Picture this: a rabble rousing lyrical kaleidoscope of Norse mythology, occult folktales, and “Satanic Space Vikings” soundtracked by black metal-fueled, punked-out rock ‘n’ roll anthems.

It could easily be a late night cult cable series, but it’s KVELERTAK’s third full-length album, Nattesferd [Roadrunner Records]. Unpredictability threads together the record’s nine songs, and it also remains the band’s calling card. This mastery of the musically unexpected has cemented the Norwegian sextet—Erlend Hjelvik [vocals], Bjarte Lund Rolland [guitar], Vidar Landa [guitar, piano], Maciek Ofstad [guitar, vocals], Marvin Nygaard [bass], and Kjetil Gjermundrød [drums]—as one of heavy music’s most celebrated acts.

Rolling Stone pegged their last offering, Meir, at #2 on its “20 Best Metal Albums of 2013” and named Nattesferd among the “25 Most Anticipated Metal Albums of 2016.” Pitchfork, Spin, The Quietus, Decibel, BBC Music, and more have sung their praises. While opening a sold out Foo Fighters show in Norway, rock legend Dave Grohl presented the band with their first Norwegian gold plaque in recognition of 2011’s self-titled debut. Turning Metallica into vocal fans, they’ve toured with everybody from Slayer and Mastodon to Gojira and Anthrax, building a diehard fan base along the way. However, Nattesferd sees the musicians raging at full blast and progressing once again.

“We wrote more as a group,” says Bjarte. “Everyone brought something to the table and we approached it more as band than ever—both with the material and performances.”

“There was a lot more experimentation this time,” agrees Erlend. “On the last two albums, Bjarte did most of the songwriting. Now, it felt like the whole band was more involved. It was something we wanted to do. We were supposed to do that on the last record, but we didn’t have much time. This writing process was more relaxed and free. It’s organic and natural. For the first time, we really focused on achieving what we sound like on stage in the studio. So, we recorded live. We want it to be unpredictable.”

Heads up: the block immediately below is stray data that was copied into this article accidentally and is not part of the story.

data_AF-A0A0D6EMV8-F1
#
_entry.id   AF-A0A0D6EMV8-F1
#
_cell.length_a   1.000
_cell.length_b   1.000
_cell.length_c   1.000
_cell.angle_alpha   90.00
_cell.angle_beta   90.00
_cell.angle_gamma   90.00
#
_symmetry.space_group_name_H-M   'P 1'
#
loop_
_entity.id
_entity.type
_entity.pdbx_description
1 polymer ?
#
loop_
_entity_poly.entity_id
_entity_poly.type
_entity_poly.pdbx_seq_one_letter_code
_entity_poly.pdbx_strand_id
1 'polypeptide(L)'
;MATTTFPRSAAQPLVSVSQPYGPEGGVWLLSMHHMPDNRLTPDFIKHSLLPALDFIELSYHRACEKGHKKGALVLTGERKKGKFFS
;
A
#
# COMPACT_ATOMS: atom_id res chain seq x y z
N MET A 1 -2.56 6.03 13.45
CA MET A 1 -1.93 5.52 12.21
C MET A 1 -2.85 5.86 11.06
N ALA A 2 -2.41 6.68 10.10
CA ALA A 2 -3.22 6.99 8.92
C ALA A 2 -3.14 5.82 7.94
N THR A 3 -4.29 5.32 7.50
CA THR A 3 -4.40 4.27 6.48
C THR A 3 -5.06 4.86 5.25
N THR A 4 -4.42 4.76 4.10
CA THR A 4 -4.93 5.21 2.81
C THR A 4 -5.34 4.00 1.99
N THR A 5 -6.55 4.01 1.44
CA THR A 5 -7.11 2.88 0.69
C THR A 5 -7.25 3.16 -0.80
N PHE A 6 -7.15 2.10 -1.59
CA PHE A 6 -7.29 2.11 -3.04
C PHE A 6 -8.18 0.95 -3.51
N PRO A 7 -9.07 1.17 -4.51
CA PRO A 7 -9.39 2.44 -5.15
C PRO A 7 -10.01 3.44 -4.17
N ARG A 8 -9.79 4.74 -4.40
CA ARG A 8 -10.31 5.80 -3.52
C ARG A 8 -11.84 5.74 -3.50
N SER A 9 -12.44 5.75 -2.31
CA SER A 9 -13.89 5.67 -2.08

Coming off the road after a marathon of touring behind Meir in 2015, the boys hunkered down in their rehearsal spot to write. By early 2016, they entered Amper Tone Studio in Oslo with producer Nick Terry [The Libertines, Turbonegro]. The six-piece emerged with their most explosive salvos yet (all screamed in their native tongue, of course!)

“We actually recorded the base tracks with drums, bass, and three guitars all at once,” Bjarte goes on. “It felt liberating. We recorded for three weeks, and Nick mixed and mastered it at his studio.”
The first single “1985” begins with a bombastic, brash, and ballsy arena-ready riff before spinning out into Erlend’s inimitable roar and a sweeping refrain. “When I first heard the song, I got that instant eighties feeling,” the frontman explains. “It’s a dystopian lyric. I think technology was pretty perfect in 1985, so we should’ve just stayed there. That’s basically it!”

Meanwhile, “Ondskapens Galakse” simmers with an ominous intro, haunting bridge, and captivating chorus. “It’s more of an H.P. Lovecraft-ian lyric,” he goes on. “It’s about awakening the ancient ones and waiting for a galaxy of evil. I think digging into mythology, literature, and folklore makes for good lyrical material. That’s what I’m interested in when I’m trying to write lyrics. It’s probably from listening to way too much black metal and heavy metal!”

“Berserkr” sees a punk wail crash headfirst on an unshakable metallic groove with what might be the most badass lyrics ever. “It’s about how in the Viking age, they had these warriors who would just get fucked up on ‘shrooms and kill Christians,” Erlend remarks.
The title Nattesferd specifically translates to “Night Journey,” and it’s completely apropos for this nocturnal rock ‘n’ roll romp. “I thought it was pretty descriptive of all the songs together,” the singer states. “The whole record is a journey, and the lyrics are pretty dark, so it works out well. Also, it reminds me of Fly By Night—the best Rush album!”

Ultimately, Nattesferd offers an escape. “It’s a release,” Erlend leaves off. “I hope the audience feels the same way we do when we’re playing a live show. I’d like whatever shit you’re thinking about to disappear from your mind when you listen to us. That’s why we do this.